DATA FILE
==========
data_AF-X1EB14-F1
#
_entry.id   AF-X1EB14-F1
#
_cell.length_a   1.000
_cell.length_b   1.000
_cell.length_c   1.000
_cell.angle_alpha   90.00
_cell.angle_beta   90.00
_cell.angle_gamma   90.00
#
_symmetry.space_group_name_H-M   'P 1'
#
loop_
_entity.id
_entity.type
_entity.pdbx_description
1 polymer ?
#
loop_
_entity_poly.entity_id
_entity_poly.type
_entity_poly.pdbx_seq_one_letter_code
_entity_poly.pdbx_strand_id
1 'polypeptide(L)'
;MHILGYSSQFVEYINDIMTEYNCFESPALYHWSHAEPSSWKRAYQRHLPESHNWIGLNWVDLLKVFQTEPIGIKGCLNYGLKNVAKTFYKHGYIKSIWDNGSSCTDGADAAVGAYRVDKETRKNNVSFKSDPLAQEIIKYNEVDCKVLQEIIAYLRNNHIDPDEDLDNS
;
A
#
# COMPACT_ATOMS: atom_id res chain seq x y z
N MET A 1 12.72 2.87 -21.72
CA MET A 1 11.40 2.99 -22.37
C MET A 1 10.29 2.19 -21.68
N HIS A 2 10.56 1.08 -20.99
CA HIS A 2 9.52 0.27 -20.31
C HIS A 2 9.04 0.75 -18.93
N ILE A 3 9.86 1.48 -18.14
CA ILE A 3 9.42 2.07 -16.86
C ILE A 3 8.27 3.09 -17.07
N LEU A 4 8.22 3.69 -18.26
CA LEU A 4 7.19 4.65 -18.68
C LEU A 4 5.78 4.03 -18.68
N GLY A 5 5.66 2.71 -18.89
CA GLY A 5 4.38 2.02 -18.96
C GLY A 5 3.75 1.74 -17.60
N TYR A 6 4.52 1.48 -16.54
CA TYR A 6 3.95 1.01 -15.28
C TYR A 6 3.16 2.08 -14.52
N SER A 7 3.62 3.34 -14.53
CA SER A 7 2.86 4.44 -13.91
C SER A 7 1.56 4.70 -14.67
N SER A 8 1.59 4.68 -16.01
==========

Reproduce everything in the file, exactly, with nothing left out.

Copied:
data_AF-X1EB14-F1
#
_entry.id   AF-X1EB14-F1
#
_cell.length_a   1.000
_cell.length_b   1.000
_cell.length_c   1.000
_cell.angle_alpha   90.00
_cell.angle_beta   90.00
_cell.angle_gamma   90.00
#
_symmetry.space_group_name_H-M   'P 1'
#
loop_
_entity.id
_entity.type
_entity.pdbx_description
1 polymer ?
#
loop_
_entity_poly.entity_id
_entity_poly.type
_entity_poly.pdbx_seq_one_letter_code
_entity_poly.pdbx_strand_id
1 'polypeptide(L)'
;MHILGYSSQFVEYINDIMTEYNCFESPALYHWSHAEPSSWKRAYQRHLPESHNWIGLNWVDLLKVFQTEPIGIKGCLNYGLKNVAKTFYKHGYIKSIWDNGSSCTDGADAAVGAYRVDKETRKNNVSFKSDPLAQEIIKYNEVDCKVLQEIIAYLRNNHIDPDEDLDNS
;
A
#
# COMPACT_ATOMS: atom_id res chain seq x y z
N MET A 1 12.72 2.87 -21.72
CA MET A 1 11.40 2.99 -22.37
C MET A 1 10.29 2.19 -21.68
N HIS A 2 10.56 1.08 -20.99
CA HIS A 2 9.52 0.27 -20.31
C HIS A 2 9.04 0.75 -18.93
N ILE A 3 9.86 1.48 -18.14
CA ILE A 3 9.42 2.07 -16.86
C ILE A 3 8.27 3.09 -17.07
N LEU A 4 8.22 3.69 -18.26
CA LEU A 4 7.19 4.65 -18.68
C LEU A 4 5.78 4.03 -18.68
N GLY A 5 5.66 2.71 -18.89
CA GLY A 5 4.38 2.02 -18.96
C GLY A 5 3.75 1.74 -17.60
N TYR A 6 4.52 1.48 -16.54
CA TYR A 6 3.95 1.01 -15.28
C TYR A 6 3.16 2.08 -14.52
N SER A 7 3.62 3.34 -14.53
CA SER A 7 2.86 4.44 -13.91
C SER A 7 1.56 4.70 -14.67
N SER A 8 1.59 4.68 -16.01